Your browser is no longer supported

For the best possible experience using our website we recommend you upgrade to a newer version or another browser.

Your browser appears to have cookies disabled. For the best experience of this website, please enable cookies in your browser

We'll assume we have your consent to use cookies, for example so you won't need to log in each time you visit our site.
Learn more

Congestion charge diversion threat to London's Tower Bridge

LONDON'S TOWER Bridge could be severely weakened if extra traffic is forced over it as a result of the introduction of congestion charging in the capital, its owner City of London Corporation said this week.

Urgent talks are taking place between the Corporation and congestion charging promoter Transport for London (TfL) in a bid to head off a rapid acceleration of structural damage after charging takes effect in 2003.

The 105 year old double bascule bridge will be just outside the eastern edge of the planned charging zone.

As a result, motorists wanting to avoid the £5 congestion charge are expected to cross the Thames using Tower Bridge instead of river crossings inside the charging zone immediately to the west.

'There is a fear of more HGVs diverting to the bridge if they bring in the scheme, ' said the Corporation's strategic transport director Joe Weiss.

'And the bridge can't take too many 38t continental tour buses diverting on to it. There is a danger of overstressing various structural members, accelerating decay to parts of it.'

Concern centres on the mid point of the bridge where the two bascules meet.

An estimated 38,000 vehicles use the bridge each day, pushing it to capacity during peak hours.

The Corporation of London's bridge consultant High Point Rendel is already working on a rehabilitation programme for the bridge amid fears that failure to enforce the 17t weight limit and 20mph speed limit has led to considerable weakening of the structure.

Extra traffic is expected to increase impact damage to the extremities, which flex under traffic loads.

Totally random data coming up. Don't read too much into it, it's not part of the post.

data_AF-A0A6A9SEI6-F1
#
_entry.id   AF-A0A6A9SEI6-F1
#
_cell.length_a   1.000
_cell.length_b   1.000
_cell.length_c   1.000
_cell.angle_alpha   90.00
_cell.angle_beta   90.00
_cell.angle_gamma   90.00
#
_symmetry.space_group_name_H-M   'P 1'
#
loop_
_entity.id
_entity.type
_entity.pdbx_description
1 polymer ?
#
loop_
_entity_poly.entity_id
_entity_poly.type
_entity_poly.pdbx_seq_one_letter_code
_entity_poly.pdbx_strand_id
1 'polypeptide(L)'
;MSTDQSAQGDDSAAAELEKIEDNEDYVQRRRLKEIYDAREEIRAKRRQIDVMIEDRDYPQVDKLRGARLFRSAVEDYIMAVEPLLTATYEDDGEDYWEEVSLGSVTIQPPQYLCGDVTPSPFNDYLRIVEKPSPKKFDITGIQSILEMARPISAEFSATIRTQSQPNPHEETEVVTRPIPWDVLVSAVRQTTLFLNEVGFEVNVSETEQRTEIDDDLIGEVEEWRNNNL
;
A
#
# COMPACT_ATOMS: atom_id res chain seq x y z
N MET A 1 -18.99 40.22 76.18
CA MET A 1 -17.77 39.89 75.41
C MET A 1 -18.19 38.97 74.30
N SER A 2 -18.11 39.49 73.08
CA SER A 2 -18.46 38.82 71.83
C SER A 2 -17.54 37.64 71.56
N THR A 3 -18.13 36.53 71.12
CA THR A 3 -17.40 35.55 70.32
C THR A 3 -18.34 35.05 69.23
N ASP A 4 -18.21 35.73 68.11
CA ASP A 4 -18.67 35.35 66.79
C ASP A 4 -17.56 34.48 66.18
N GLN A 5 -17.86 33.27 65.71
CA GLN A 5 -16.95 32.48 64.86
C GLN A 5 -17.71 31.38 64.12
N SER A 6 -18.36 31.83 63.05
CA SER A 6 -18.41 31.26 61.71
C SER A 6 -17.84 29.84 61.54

Options for preventing an acceleration in structural damage include restricting access on approaches to the bridge with width restrictions and traffic islands.

Traffic management solutions under discussion with TfL and consultant Oscar Faber include 'tuning down' traffic signals, by increasing the frequency of red lights on the bridge approaches, to slow traffic flows so that vehicles reach the bridge less quickly.

Taken as a whole, the measures could cost TfL up to £30M.

But these measures are expected to increase congestion either side of the bridge, adding to delays caused when it opens for shipping. Last year Tower Bridge lifted 925 times.

The Corporation of London has suggested further study into the diversion of traffic to the bridge but TfL has not agreed.

TfL director of street management Derek Turner told NCE this week: 'We do appreciate that there is a lack of enforcement of the current weight limit on the bridge at the moment and we are working with the Corporation of London to improve that.'

But he added: 'The diversion effects to Tower Bridge will be pretty low. I do not think there is a need to move the inner ring road as the boundary of the scheme.'

However, the Corporation of London is so worried about the Grade One listed structure that it is lobbying for the eastern boundary of the congestion charging zone to be moved to the twin bore Blackwall Tunnel.

The tunnel's capacity matches that of Vauxhall Bridge, which is just outside the western edge of the charging zone.

'Surely the capacity of the eastern perimeter river crossing should be the same as that in the west, ' said Weiss.

Meanwhile, business lobby group London First is pushing for a free route through the middle of London starting at Blackfriars Bridge. This could ease pressure on Tower Bridge and other congestion pinch points likely to be created by the congestion charging scheme.

Turner rejected this idea. 'We do not want to encourage through traffic in central London at all, ' he said.

TfL is expected to publish more details of how it will preserve Tower Bridge in its transport strategy to be published next month. Congestion charging is expected to be confirmed in the strategy after TfL claimed that 51% of those surveyed were in favour of the scheme.

Have your say

You must sign in to make a comment

Please remember that the submission of any material is governed by our Terms and Conditions and by submitting material you confirm your agreement to these Terms and Conditions. Please note comments made online may also be published in the print edition of New Civil Engineer. Links may be included in your comments but HTML is not permitted.